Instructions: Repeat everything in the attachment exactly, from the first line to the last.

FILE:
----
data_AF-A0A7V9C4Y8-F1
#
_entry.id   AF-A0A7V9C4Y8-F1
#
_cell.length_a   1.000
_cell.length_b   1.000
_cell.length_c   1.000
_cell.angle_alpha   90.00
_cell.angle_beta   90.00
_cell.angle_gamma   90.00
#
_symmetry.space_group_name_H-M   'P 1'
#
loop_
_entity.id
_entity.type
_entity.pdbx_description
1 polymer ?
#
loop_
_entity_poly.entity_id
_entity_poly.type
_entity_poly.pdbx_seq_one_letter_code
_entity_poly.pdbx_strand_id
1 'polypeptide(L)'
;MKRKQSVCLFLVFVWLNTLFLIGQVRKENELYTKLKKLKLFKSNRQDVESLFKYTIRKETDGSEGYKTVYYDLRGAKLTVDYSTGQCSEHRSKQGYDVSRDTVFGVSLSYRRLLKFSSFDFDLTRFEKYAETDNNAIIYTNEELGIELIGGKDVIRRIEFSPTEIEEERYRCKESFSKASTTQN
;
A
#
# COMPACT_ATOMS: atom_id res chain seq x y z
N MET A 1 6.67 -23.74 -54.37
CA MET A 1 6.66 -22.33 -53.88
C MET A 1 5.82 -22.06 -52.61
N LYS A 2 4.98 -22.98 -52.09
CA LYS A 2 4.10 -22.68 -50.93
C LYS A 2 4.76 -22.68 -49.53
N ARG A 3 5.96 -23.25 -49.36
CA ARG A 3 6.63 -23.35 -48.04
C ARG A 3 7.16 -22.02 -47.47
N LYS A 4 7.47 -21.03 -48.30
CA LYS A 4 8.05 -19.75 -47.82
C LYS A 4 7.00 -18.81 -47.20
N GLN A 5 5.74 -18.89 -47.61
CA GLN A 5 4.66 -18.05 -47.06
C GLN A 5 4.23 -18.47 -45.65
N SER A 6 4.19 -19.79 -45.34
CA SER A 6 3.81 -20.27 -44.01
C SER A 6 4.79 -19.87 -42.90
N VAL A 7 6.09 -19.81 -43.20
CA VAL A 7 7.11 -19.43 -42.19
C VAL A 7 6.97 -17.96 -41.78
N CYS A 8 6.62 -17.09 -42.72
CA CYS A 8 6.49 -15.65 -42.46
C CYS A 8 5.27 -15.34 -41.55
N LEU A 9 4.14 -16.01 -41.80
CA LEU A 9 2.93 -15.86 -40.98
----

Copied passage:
data_AF-A0A7V9C4Y8-F1
#
_entry.id   AF-A0A7V9C4Y8-F1
#
_cell.length_a   1.000
_cell.length_b   1.000
_cell.length_c   1.000
_cell.angle_alpha   90.00
_cell.angle_beta   90.00
_cell.angle_gamma   90.00
#
_symmetry.space_group_name_H-M   'P 1'
#
loop_
_entity.id
_entity.type
_entity.pdbx_description
1 polymer ?
#
loop_
_entity_poly.entity_id
_entity_poly.type
_entity_poly.pdbx_seq_one_letter_code
_entity_poly.pdbx_strand_id
1 'polypeptide(L)'
;MKRKQSVCLFLVFVWLNTLFLIGQVRKENELYTKLKKLKLFKSNRQDVESLFKYTIRKETDGSEGYKTVYYDLRGAKLTVDYSTGQCSEHRSKQGYDVSRDTVFGVSLSYRRLLKFSSFDFDLTRFEKYAETDNNAIIYTNEELGIELIGGKDVIRRIEFSPTEIEEERYRCKESFSKASTTQN
;
A
#
# COMPACT_ATOMS: atom_id res chain seq x y z
N MET A 1 6.67 -23.74 -54.37
CA MET A 1 6.66 -22.33 -53.88
C MET A 1 5.82 -22.06 -52.61
N LYS A 2 4.98 -22.98 -52.09
CA LYS A 2 4.10 -22.68 -50.93
C LYS A 2 4.76 -22.68 -49.53
N ARG A 3 5.96 -23.25 -49.36
CA ARG A 3 6.63 -23.35 -48.04
C ARG A 3 7.16 -22.02 -47.47
N LYS A 4 7.47 -21.03 -48.30
CA LYS A 4 8.05 -19.75 -47.82
C LYS A 4 7.00 -18.81 -47.20
N GLN A 5 5.74 -18.89 -47.61
CA GLN A 5 4.66 -18.05 -47.06
C GLN A 5 4.23 -18.47 -45.65
N SER A 6 4.19 -19.79 -45.34
CA SER A 6 3.81 -20.27 -44.01
C SER A 6 4.79 -19.87 -42.90
N VAL A 7 6.09 -19.81 -43.20
CA VAL A 7 7.11 -19.43 -42.19
C VAL A 7 6.97 -17.96 -41.78
N CYS A 8 6.62 -17.09 -42.72
CA CYS A 8 6.49 -15.65 -42.46
C CYS A 8 5.27 -15.34 -41.55
N LEU A 9 4.14 -16.01 -41.80
CA LEU A 9 2.93 -15.86 -40.98